[webkit-dev] Fwd: [whatwg] postMessage support now in Firefox
trunk, implementation issues, feedback, tests
hk9565 at gmail.com
Thu Jan 31 10:01:08 PST 2008
I filed this as <http://bugs.webkit.org/show_bug.cgi?id=17099>. I
should be able to take a look at this over the next week. Let me know
if you'd like me to give this higher priority.
On Jan 30, 2008 12:27 AM, Maciej Stachowiak <mjs at apple.com> wrote:
> Jeff Walden mentioned on IRC that some of the tests mentioned below fail in
> WebKit TOT and seem to show cross-domain postMessage not working (I suspect
> it's failing security checks for some unrelated reason). Can someone
> (ideally someone who understands postMessage) please try these? I'm afraid
> the steps are a little complicated.
> I'm also curious if the PAC file approach would be a viable way to do
> cross-domain security testing more generally (it is able to test different
> subdomains and ports unlike our current approach).
> Begin forwarded message:
> From: Jeff Walden <jwalden+whatwg at MIT.EDU>
> Date: January 29, 2008 10:36:51 PM PST
> To: whatwg at whatwg.org
> Subject: [whatwg] postMessage support now in Firefox trunk, implementation
> issues, feedback, tests
> Reply-To: jwalden+whatwg at MIT.EDU
> I just landed HTML5 postMessage support in Firefox, so it should be in
> Firefox 3! Thanks to WebKit people for pushing on this, because I didn't
> think this had a chance of making 3, to be utterly honest, having tried once
> before several months ago. To be honest, I'm still in a state of shock this
> got taken. :-)
> I strongly encourage all implementers of postMessage to compare how they do
> against the set of tests (for both postMessage and MessageEvent
> functionality) that I wrote during implementation of postMessage. I made
> special efforts not to do any Mozilla-specific testing without a user-agent
> guard, and I don't believe there are any unguarded Mozilla-specific tests
> any more -- and to an extent nothing not specified by HTML5 or otherwise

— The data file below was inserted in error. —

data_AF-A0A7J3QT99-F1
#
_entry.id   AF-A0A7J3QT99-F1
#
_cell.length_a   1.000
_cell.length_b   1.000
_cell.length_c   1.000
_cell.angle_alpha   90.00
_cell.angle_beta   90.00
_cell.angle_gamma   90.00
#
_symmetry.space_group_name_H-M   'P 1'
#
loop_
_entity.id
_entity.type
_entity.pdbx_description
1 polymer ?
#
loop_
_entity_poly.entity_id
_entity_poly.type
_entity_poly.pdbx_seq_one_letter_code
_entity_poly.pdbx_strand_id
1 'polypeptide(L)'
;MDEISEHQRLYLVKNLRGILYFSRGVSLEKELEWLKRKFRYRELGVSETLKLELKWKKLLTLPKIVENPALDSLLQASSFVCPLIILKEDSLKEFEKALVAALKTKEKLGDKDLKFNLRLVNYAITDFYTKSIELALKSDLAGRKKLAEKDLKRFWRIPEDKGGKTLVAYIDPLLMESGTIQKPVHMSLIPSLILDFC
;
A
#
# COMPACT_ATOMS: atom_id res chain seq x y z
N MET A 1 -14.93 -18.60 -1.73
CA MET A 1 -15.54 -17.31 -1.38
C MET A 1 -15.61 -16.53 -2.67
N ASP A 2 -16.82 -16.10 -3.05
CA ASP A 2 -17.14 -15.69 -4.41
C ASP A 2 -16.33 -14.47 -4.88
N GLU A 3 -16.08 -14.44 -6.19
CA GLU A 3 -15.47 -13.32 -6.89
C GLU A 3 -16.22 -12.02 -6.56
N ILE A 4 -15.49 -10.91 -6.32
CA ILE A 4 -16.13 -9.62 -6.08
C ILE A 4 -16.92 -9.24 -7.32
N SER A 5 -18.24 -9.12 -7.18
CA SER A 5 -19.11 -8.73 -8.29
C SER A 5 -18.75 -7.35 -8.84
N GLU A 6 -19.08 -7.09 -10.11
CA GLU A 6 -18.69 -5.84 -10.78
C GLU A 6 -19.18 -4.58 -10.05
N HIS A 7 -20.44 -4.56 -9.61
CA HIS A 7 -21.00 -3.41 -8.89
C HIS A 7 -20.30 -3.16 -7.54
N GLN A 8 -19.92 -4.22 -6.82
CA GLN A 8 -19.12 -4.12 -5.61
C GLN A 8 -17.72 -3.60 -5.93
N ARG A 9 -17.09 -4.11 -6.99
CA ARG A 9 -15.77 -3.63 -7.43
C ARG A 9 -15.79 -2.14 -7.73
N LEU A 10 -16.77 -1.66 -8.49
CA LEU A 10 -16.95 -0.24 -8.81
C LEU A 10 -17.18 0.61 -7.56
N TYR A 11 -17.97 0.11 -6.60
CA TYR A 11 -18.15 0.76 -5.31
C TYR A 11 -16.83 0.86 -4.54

> commonly implemented, more or less. There's significant bustage against the
> tests in the user agents I tested even on basic functionality, to the extent
> that the API's not usable for what it was intended due to incorrect errors
> being thrown on access and such. (I've guarded against these problems in
> the tests with try/catches and "sentinel" timeout checks when there's no
> other way to communicate a failure). The tests are available here:
> To run the tests, extract them somewhere on your hard drive and start an
> HTTP server on port 8888 serving the postMessage/ folder as its root folder.
> Make sure that your server will serve .xhtml files with the XHTML MIME-type
> -- a couple tests use it because I was too lazy to use external files for
> scripts and wanted to include special characters literally (or wanted to
> test specific Unicode-related handling). Next, set up proxy autoconfig in
> your UA to point to <http://localhost:8888/proxy.js>. Now navigate to:
> From there click the "Run tests" link to see how you do. For individual
> test results, see the individual test links. Be very careful when you run
> these -- the uri-checking hard-codes URIs instead of using something like
> location.href in the interest of robustness against colluding failures, so
> running with, say, a stray hash or question mark at the end of a page URL
> will usually cause that test to fail.
> I spent a lot of time on these tests, and I'm not aware of any bugs in them,
> but I'd very much appreciate people reading through them, running them, and
> checking for any errors I might have made, say, in not marking a test as
> Moz-specific or such (subject to the points noted below).
> The spec's incomplete or vague on a few points right now. The points I know
> where I forged new ground or think clarifications/explicit notes may be in
> order are:
> * event.domain/uri values in a rewritten about:blank document
> The spec seems to somewhat indicate that we should be using about:blank and
> "" as uri/domain right now, but that's fairly useless in terms of allowing
> postMessage in dynamically-created pages. This probably wants to change to